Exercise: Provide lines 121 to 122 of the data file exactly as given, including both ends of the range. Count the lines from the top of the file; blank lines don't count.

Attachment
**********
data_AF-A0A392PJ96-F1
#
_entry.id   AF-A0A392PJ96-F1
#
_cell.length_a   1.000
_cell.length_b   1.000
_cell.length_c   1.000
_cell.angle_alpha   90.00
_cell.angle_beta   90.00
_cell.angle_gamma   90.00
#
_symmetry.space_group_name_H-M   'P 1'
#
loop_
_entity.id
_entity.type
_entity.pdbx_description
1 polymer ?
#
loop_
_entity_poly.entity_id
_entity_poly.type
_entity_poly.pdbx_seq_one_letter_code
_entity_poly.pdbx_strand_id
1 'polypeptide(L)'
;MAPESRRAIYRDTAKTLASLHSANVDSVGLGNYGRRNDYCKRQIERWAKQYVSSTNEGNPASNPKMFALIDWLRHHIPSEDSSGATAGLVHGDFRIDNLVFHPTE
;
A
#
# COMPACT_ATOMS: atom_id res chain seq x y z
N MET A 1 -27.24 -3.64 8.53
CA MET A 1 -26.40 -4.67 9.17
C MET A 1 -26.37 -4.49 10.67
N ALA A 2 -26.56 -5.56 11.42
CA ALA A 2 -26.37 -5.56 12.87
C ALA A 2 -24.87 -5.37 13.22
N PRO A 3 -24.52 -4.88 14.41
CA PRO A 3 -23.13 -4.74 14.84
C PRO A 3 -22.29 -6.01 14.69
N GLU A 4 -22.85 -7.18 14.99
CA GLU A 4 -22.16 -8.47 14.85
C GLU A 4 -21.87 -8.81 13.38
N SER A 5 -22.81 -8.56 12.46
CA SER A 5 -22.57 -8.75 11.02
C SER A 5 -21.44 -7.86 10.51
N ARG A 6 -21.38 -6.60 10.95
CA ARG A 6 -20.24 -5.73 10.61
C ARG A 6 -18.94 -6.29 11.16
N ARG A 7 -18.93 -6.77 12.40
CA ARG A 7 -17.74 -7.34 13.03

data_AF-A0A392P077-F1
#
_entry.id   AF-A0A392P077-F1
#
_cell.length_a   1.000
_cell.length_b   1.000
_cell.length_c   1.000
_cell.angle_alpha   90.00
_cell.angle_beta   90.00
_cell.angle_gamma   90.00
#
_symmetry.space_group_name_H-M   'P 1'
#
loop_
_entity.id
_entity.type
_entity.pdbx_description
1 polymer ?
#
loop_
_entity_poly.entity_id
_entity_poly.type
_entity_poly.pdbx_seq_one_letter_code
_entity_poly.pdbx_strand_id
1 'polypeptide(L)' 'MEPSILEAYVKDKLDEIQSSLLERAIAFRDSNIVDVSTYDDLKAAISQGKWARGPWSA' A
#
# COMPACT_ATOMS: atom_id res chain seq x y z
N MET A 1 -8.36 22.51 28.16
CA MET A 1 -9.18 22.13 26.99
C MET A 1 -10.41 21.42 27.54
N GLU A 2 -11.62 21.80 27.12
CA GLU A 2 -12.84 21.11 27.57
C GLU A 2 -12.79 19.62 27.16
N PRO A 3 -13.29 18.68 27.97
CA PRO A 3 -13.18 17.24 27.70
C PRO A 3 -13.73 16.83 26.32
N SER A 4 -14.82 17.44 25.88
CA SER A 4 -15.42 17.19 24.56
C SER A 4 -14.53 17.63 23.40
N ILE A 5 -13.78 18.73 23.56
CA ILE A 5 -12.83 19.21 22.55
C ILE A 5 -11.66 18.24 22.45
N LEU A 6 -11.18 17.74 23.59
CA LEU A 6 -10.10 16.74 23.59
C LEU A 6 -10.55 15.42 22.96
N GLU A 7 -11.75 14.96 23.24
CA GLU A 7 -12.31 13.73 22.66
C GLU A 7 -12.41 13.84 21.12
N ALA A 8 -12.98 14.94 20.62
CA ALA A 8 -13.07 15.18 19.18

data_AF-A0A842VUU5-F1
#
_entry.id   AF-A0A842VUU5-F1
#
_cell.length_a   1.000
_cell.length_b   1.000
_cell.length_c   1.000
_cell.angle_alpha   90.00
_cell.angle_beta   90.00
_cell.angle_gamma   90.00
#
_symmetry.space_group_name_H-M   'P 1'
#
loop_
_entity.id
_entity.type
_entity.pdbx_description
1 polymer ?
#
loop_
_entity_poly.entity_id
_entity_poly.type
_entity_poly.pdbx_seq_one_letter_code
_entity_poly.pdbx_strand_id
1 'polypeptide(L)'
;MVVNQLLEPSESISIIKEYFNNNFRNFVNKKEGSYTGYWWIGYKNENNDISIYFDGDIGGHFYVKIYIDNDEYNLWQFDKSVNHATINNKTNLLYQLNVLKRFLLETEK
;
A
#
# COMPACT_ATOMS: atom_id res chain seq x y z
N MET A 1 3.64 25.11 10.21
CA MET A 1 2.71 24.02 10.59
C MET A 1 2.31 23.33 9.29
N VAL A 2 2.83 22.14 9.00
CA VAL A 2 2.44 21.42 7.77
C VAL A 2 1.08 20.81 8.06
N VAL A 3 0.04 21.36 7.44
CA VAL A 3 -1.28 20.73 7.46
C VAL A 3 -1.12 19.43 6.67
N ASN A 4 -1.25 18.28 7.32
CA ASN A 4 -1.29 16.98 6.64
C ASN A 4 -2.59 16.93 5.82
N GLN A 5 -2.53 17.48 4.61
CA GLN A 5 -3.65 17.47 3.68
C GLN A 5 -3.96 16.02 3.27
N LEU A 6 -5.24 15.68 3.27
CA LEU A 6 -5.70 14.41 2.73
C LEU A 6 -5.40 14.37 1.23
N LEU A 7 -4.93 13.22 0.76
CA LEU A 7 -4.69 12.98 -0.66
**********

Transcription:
_entity_poly.entity_id
_entity_poly.type